Star Cast: Robert Pattinson, Zoë Kravitz, Paul Dano, Jeffrey Wright, John Turturro, Andy Serkis, Colin Farrell
Director: Matt Reeves
What’s Good: If a 3-hour film makes you forget to check your watch even once, you know you’re at the right place!
What’s Bad: This is announced as a standalone film, because we won’t be able to stand alone in the DC universe with someone else as the Batman from now
Loo Break: Even if you had to pee in the first 10 minutes of the film, just do it in your pants!
Watch or Not?: If you’re a Batman fan & you won’t, I’m sending a Bat-Signal right away! If you’re not a Batman fan, you’ll be after watching this
Available On: Theatrical Release
Runtime: 176 Minutes
For a new Batman to arrive, we know we’ll have to go through the dark sh*t Gotham is facing to create a perfect base for the ‘the caped crusader’ to arrive in style. The Batman (Robert Pattinson) teams up with James Gordon (Jeffrey Wright) to solve back-to-back murders of some pretty corrupt people. Every murder comes up with a secret cypher for the Batman when he then solves his during his evening tea with his beloved butler Alfred (Andy Serkis).
Now, Batman has to fight a villain whose identity lies in the clues he leaves for the dark knight to reach him. He’s the Riddler (Paul Dano) bringing out probably the most underused shade of Batman’s character i.e. being the world’s greatest detective. As he figures out a way to reach the Riddler, he soft-lands on Selina aka Catwoman aka Bat’s Cat (Zoë Kravitz). Aiming towards achieving a mutual goal, they get together to reach the end of all the mishaps happening in the city. Do they succeed? Yes & No! Why? Watch the film.
The Batman Movie Review: Script Analysis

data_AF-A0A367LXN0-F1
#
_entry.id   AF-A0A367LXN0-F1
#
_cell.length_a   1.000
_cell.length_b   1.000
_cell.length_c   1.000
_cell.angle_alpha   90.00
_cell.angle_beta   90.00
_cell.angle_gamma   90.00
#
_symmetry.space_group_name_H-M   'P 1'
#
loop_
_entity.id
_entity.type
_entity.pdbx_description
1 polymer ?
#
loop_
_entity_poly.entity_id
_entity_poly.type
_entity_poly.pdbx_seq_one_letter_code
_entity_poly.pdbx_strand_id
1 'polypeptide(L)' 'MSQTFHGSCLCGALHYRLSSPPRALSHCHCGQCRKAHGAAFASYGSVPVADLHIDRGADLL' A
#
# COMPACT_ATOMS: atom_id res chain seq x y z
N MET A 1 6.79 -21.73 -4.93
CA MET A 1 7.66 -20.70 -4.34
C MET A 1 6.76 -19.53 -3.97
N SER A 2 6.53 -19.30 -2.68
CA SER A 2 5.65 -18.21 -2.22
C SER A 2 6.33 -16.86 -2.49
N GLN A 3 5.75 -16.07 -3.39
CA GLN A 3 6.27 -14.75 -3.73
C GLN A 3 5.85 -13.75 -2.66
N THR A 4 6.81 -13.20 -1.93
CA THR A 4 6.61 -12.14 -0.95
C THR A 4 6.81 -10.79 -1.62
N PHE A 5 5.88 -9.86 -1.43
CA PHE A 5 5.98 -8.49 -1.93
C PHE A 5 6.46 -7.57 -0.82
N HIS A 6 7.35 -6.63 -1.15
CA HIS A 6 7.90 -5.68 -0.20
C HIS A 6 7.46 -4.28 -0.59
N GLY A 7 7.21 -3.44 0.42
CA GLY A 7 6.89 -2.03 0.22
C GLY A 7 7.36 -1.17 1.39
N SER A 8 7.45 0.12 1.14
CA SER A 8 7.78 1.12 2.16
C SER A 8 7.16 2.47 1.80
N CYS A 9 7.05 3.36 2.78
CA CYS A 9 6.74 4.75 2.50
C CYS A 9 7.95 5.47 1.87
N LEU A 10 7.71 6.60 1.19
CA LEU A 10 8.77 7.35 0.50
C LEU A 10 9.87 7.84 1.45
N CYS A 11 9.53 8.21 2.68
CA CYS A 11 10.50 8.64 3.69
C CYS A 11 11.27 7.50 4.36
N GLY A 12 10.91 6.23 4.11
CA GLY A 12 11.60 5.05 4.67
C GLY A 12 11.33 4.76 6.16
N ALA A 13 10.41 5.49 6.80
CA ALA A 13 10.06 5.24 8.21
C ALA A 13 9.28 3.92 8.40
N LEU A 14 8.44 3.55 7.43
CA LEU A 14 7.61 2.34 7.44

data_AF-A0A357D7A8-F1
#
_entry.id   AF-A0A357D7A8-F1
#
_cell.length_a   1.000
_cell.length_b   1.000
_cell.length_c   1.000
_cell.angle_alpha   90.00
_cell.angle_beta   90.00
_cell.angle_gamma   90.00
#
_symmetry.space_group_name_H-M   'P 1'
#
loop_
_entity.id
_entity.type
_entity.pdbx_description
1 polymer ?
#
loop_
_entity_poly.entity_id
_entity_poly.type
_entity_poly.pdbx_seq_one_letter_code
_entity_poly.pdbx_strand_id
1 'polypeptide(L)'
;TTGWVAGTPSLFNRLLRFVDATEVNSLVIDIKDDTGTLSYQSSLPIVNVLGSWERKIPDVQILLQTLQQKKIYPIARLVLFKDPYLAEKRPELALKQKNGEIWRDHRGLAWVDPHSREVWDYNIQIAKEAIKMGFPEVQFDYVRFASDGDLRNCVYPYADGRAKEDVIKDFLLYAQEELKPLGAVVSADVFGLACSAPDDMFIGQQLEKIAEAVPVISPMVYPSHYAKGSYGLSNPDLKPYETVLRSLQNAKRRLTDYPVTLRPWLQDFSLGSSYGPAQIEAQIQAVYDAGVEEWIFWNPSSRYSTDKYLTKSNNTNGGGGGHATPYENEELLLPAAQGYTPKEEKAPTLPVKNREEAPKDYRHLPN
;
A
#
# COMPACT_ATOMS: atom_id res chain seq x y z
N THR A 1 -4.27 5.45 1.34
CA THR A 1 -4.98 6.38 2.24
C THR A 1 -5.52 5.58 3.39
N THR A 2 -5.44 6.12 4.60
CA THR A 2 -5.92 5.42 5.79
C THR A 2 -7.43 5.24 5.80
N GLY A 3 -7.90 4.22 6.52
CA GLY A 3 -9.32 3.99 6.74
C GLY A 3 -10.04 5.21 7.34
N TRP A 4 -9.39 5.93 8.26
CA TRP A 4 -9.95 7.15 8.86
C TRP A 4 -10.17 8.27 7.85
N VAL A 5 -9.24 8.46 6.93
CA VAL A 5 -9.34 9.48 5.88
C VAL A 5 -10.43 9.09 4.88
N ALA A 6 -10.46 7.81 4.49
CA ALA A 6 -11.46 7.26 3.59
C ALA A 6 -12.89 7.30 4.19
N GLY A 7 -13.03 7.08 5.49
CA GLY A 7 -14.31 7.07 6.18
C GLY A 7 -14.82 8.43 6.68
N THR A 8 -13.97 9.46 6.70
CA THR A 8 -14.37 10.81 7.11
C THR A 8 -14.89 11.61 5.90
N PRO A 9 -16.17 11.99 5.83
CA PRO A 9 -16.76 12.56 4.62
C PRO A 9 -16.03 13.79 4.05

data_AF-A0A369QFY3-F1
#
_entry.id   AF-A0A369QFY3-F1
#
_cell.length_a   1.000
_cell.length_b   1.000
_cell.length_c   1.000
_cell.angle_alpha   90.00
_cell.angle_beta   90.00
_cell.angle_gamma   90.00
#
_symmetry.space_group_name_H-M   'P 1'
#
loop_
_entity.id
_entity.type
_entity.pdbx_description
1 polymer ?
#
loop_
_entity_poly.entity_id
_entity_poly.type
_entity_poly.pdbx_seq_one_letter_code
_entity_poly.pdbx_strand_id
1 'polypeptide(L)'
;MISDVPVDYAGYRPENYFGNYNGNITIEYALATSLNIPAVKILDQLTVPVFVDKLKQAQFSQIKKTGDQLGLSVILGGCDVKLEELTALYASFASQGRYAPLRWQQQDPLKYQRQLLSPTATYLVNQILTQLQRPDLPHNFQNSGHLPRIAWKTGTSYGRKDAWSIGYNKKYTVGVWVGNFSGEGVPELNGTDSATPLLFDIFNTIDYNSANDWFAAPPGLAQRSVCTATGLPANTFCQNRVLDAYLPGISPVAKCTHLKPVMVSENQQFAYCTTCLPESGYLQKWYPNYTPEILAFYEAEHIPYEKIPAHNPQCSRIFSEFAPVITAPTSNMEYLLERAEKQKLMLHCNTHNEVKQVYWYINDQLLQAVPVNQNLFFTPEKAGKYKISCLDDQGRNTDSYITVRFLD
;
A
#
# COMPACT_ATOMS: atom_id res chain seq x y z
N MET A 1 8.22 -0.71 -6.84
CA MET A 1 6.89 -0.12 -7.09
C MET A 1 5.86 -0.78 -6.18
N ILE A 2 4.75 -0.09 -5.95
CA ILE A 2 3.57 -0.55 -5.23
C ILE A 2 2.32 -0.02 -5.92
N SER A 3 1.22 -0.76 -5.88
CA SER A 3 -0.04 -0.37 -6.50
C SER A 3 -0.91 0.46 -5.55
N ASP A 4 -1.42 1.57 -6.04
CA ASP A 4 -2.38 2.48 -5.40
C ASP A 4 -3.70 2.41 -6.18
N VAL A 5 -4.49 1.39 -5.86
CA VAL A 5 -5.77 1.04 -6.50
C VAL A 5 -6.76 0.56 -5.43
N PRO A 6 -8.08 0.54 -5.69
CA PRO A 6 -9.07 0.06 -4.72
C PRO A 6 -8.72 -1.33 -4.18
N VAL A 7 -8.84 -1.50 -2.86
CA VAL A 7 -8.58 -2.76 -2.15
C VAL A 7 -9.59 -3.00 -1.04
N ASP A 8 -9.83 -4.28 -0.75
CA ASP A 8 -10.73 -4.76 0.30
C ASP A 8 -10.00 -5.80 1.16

When Matt Reeves denied using the script already sculpted by Ben Affleck, he told he didn’t want his version of the defender of Gotham to come with the burden of a shared universe. This decision has made Batman, what it is today. Reeves, Peter Craig’s story stretches to almost touching the 3-hour mark, but boy is this the first time I’ve sat through a 3-hour film without keeping a track of the time even once? Because Reeves shared the universe, he optimistically presents a more authentic touch to a story that’s partially known to everyone.
If you think Christopher Nolan had the most realistic approach at presenting Gotham’s prince, you’ll be extremely scared to even step in Reeves’ bleak universe where everything is exactly the shade of dark, DC has been looking for years now. Reeves’ Batman isn’t your next door billionaire, he’s internally broken showing more of what he’s within rather than the blingy stuff outside. Because the outside world, as captured by Greig Fraser’s camera, is so ill-lighted. Fraser masters his focus point only at the things he wants you to see, almost defocusing everything else.
William Hoy & Tyler Nelson are the magicians who keep the film just under the 3-hour-mark with their editing prowess. They retain the slow-burning essence (pun intended!) of the script by keeping you intrigued despite spending 176 minutes on your a** (that’s if you’re lucky enough to not get an abrupt break as we do here in India).
The Batman Movie Review: Star Performance
For those, who trolled Robert Pattinson as The Batman due to their hatred towards Twilight, this is a huge ‘f*ck you’ from him with both hands in the air. I believe Twilight has only helped him to master the ability to be straight-faced, s*xy and scary at the same time. More than anyone playing this superhero before, Robert Pattinson is the one who looks the most like Batman from the comics or at least the kid in me has always imagined someone like him to be the Dark Knight; Reeves’ bleakly vision adds to the melancholy.